On a spooky, windy autumn evening, a lonely scarecrow blows off his perch in a cornfield. He leaps and dances happily across the fields, past the tractor, barn, silent cows, and sleeping pigs, until he reaches the farmhouse where a window light catches his attention.

Peeking in the window, he watches a young boy pray beside his bed, “And bless tonight / Our old scarecrow / Who guards the fields / And each corn row / So that tomorrow, / When we reap, / There will be lots / Of corn to keep.” Reflecting on the child’s prayer, the scarecrow realizes he alone has the responsibility of guarding the crops and keeping the fields from danger. Children will enjoy the delightful language and beautiful artwork, while parents will approve of the duty and responsibility message.
Themes: Fantasy, Heroes, Holidays

Holiday Books
Ages 7 - 10

adapted by Elizabeth Spurr, illus. by Wendy Anderson Halperin, (Antheneum Books, 2005), 32p, Ages 7-10

Adapted from Lucretia Hale’s nineteenth-century classic, The Peterkins Papers, a goofy family nearly misses Thanksgiving dinner when the turkey gets stuck in the dumbwaiter on route from the kitchen to the dinner table. After some discussion, they adjourn to the kitchen and decide to call the carpenter, who tells them that the problem is the weight. With their usual zany logic, Mrs. Peterkins’ replies, “I’ve never waited so long for any meal.”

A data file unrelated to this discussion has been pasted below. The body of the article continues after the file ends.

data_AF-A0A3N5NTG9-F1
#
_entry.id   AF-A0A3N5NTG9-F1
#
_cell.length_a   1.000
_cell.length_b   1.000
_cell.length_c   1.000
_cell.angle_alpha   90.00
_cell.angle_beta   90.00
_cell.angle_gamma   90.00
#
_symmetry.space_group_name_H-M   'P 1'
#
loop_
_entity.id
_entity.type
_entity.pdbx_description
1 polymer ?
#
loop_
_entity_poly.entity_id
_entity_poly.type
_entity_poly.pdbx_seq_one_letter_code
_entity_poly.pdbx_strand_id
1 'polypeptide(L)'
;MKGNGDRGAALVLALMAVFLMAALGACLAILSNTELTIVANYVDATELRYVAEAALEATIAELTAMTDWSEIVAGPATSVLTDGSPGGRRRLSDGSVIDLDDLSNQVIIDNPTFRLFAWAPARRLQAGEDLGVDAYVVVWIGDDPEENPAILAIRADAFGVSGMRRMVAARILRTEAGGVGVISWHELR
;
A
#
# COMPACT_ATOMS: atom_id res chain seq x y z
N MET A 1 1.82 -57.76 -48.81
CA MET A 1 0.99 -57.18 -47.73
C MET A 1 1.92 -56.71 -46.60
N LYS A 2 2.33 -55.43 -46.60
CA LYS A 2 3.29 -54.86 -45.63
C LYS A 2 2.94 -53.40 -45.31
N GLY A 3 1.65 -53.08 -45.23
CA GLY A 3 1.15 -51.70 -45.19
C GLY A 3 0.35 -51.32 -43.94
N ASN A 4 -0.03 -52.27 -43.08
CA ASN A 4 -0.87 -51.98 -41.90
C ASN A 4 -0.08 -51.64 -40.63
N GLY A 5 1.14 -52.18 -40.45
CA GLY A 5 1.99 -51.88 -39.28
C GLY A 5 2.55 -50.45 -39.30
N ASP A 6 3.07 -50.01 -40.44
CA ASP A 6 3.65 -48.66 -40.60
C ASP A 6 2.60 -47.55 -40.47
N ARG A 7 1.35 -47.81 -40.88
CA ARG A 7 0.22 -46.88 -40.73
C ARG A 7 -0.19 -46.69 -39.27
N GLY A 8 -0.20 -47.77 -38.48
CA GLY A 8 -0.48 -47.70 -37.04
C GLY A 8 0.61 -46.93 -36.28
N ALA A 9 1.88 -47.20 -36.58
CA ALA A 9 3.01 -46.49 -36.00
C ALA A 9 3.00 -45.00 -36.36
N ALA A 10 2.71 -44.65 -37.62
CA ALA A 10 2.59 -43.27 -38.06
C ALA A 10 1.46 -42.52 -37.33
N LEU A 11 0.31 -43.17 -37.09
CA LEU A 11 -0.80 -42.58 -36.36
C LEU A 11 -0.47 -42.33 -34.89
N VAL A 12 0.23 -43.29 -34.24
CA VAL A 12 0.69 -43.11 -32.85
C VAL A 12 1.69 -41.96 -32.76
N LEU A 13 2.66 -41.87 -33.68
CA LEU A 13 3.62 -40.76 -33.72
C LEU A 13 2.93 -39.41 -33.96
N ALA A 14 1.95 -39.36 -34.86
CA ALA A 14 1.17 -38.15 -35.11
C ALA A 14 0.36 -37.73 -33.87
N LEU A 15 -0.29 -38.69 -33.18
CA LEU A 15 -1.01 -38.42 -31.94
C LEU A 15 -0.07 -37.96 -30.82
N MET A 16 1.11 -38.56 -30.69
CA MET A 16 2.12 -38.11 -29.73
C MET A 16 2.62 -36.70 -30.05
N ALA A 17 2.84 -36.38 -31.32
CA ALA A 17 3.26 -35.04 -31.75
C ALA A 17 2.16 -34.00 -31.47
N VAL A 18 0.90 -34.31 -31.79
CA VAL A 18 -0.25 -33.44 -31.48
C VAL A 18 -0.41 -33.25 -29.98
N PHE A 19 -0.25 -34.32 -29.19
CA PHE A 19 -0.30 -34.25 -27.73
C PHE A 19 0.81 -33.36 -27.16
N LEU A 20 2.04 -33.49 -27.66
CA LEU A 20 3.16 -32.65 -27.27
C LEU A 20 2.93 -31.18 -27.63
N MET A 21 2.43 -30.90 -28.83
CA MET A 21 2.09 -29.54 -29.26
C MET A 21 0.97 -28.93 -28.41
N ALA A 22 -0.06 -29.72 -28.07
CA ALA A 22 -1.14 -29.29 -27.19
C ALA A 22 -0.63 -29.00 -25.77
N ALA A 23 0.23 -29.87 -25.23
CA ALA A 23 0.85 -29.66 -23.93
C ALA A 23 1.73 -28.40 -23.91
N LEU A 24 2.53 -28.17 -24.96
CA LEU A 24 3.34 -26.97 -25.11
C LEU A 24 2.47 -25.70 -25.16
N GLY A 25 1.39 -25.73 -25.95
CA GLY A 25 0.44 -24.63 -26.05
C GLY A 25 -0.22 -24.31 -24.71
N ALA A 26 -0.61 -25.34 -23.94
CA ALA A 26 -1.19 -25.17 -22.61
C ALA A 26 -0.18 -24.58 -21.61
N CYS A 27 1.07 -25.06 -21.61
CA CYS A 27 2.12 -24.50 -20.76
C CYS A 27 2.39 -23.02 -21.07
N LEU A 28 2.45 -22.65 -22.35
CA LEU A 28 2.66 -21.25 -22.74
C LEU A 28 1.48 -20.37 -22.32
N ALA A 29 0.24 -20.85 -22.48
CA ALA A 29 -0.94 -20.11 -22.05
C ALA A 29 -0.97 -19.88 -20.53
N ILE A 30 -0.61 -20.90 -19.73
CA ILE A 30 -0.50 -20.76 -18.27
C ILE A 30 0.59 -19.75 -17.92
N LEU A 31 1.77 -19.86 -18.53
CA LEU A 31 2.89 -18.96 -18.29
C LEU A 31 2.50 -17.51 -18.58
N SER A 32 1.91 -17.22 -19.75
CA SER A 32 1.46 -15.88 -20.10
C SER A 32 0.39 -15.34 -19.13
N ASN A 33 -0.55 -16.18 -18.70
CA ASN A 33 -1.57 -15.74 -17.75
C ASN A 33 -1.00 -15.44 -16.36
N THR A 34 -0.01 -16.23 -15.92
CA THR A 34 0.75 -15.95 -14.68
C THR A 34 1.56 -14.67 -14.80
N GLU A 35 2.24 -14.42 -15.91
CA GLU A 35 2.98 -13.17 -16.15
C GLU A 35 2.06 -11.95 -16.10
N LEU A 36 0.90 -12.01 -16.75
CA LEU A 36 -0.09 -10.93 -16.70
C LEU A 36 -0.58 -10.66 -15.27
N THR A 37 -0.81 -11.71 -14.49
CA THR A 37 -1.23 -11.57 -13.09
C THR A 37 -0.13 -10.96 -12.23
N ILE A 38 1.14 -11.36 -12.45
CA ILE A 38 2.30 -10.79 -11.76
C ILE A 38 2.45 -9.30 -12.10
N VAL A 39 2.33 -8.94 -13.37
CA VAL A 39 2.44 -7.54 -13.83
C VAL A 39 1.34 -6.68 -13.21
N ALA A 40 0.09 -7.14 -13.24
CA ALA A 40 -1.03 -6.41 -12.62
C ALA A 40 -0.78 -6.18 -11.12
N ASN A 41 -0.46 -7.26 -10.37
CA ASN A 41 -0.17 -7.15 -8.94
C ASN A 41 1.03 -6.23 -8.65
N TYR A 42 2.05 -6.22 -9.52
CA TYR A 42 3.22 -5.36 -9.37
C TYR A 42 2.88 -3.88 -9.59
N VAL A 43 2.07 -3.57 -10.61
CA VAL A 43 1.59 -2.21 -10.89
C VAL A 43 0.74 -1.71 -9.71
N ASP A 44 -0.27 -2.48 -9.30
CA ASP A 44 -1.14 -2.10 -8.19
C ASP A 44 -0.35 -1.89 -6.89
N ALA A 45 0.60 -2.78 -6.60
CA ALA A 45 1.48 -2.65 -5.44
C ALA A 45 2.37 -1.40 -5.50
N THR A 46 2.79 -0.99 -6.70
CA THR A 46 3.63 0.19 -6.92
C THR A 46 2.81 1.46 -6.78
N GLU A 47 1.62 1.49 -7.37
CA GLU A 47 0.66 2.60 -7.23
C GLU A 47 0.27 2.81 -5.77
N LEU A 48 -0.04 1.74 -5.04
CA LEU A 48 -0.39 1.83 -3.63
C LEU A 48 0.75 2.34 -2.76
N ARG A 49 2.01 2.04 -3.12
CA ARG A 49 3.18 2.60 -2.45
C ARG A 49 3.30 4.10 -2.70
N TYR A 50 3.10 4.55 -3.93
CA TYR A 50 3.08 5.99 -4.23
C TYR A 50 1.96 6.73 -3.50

Themes: Families, Holidays, Humor, Series
Other in the Series: The Peterkin’s Christmas


THANK YOU, SARAH: The Woman Who Saved Thanksgiving
written by Laurie Halse Anderson, illus. by Mat Faulkner, (Simon & Schuster, 2012), 40p, Ages 7-11

Realizing that people were beginning to ignore Thanksgiving, Sarah Hale, widowed mother of five, managing editor, author, and educator, campaigns to declare Thanksgiving a national holiday. Sarah wrote thousands of letters to politicians and articles imploring her readers to help. States began to comply, but not presidents. After 38 years, a president finally considered her argument about reuniting the nation, and in 1863 President Abraham Lincoln declared the fourth Thursday in November a national holiday. Endpapers offer additional information on Sarah Hale’s achievements, Thanksgiving history, the year 1863, and the Civil War. “Selected Sources” round out a marvelous account of one woman’s dedication and persistence to make a difference in the world.
Themes: Historical Fiction, Holidays


written by Phyllis Reynolds Naylor, illus. by Vivienne Tu, (Atheneum Books, 2017), 176p, Ages -11

Zack loves working on his grandparents’ farm every weekend, except when Tailpipe spies him. That giant turkey-pecking monster chases him around the farm and delights in accosting him. Determined to find a way to scare the monster away for good, Zack uses various things from his grandfather’s machine shed to build a “turkey-blaster trouble-shooter.”

With the help of two friends, Matthew and Josie, they use a croquet ball, rain gutter, pie tin, gum-ball machine, sewing machine stand, bellows, propeller, washing machine wringer, steering wheel, bicycle pump, water balloons, and marbles to construct a one-of-a-kind contraption to cure a mischievous turkey from pecking them. When Josie informs them of a mysterious robber prowling around the neighborhood taking bracelets, necklaces, and coins, they discover strange V-shaped footprints that the robber leaves behind. Find out how the burglary is solved and Tailpipe receives his comeuppance in this humorous homespun novel of family and friends by award-winning Phyllis Reynolds Naylor.
Themes: Friendship, Holidays, Inventions, Mysteries

Holiday Books
Ages 12-15